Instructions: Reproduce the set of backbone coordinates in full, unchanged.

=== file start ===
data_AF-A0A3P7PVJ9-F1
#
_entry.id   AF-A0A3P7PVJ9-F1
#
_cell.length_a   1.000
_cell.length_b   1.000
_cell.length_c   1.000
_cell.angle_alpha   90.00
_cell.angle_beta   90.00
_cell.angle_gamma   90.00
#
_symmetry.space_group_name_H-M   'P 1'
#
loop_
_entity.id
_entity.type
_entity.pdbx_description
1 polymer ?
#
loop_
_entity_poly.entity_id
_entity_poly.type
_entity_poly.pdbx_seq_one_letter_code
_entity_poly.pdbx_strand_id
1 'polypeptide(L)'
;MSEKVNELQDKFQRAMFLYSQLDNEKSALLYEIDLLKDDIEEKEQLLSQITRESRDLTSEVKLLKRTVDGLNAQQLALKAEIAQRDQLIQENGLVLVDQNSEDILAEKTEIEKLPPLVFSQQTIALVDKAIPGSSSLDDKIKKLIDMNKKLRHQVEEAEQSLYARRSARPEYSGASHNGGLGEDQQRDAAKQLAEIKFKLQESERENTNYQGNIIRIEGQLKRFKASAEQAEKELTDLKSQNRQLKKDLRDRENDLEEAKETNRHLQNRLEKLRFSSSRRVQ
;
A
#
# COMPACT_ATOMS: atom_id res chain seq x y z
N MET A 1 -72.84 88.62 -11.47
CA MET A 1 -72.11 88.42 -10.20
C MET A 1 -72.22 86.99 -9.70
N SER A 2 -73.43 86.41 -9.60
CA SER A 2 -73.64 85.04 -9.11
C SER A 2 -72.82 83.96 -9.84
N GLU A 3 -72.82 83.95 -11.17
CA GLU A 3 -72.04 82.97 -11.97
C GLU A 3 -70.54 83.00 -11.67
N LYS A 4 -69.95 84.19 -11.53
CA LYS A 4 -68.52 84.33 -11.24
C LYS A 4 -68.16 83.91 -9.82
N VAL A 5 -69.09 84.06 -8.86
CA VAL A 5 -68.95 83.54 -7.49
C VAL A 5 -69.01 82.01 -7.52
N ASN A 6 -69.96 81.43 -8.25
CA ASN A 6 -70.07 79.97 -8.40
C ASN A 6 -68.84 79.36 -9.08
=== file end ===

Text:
data_AF-A0A3P7PVJ9-F1
#
_entry.id   AF-A0A3P7PVJ9-F1
#
_cell.length_a   1.000
_cell.length_b   1.000
_cell.length_c   1.000
_cell.angle_alpha   90.00
_cell.angle_beta   90.00
_cell.angle_gamma   90.00
#
_symmetry.space_group_name_H-M   'P 1'
#
loop_
_entity.id
_entity.type
_entity.pdbx_description
1 polymer ?
#
loop_
_entity_poly.entity_id
_entity_poly.type
_entity_poly.pdbx_seq_one_letter_code
_entity_poly.pdbx_strand_id
1 'polypeptide(L)'
;MSEKVNELQDKFQRAMFLYSQLDNEKSALLYEIDLLKDDIEEKEQLLSQITRESRDLTSEVKLLKRTVDGLNAQQLALKAEIAQRDQLIQENGLVLVDQNSEDILAEKTEIEKLPPLVFSQQTIALVDKAIPGSSSLDDKIKKLIDMNKKLRHQVEEAEQSLYARRSARPEYSGASHNGGLGEDQQRDAAKQLAEIKFKLQESERENTNYQGNIIRIEGQLKRFKASAEQAEKELTDLKSQNRQLKKDLRDRENDLEEAKETNRHLQNRLEKLRFSSSRRVQ
;
A
#
# COMPACT_ATOMS: atom_id res chain seq x y z
N MET A 1 -72.84 88.62 -11.47
CA MET A 1 -72.11 88.42 -10.20
C MET A 1 -72.22 86.99 -9.70
N SER A 2 -73.43 86.41 -9.60
CA SER A 2 -73.64 85.04 -9.11
C SER A 2 -72.82 83.96 -9.84
N GLU A 3 -72.82 83.95 -11.17
CA GLU A 3 -72.04 82.97 -11.97
C GLU A 3 -70.54 83.00 -11.67
N LYS A 4 -69.95 84.19 -11.53
CA LYS A 4 -68.52 84.33 -11.24
C LYS A 4 -68.16 83.91 -9.82
N VAL A 5 -69.09 84.06 -8.86
CA VAL A 5 -68.95 83.54 -7.49
C VAL A 5 -69.01 82.01 -7.52
N ASN A 6 -69.96 81.43 -8.25
CA ASN A 6 -70.07 79.97 -8.40
C ASN A 6 -68.84 79.36 -9.08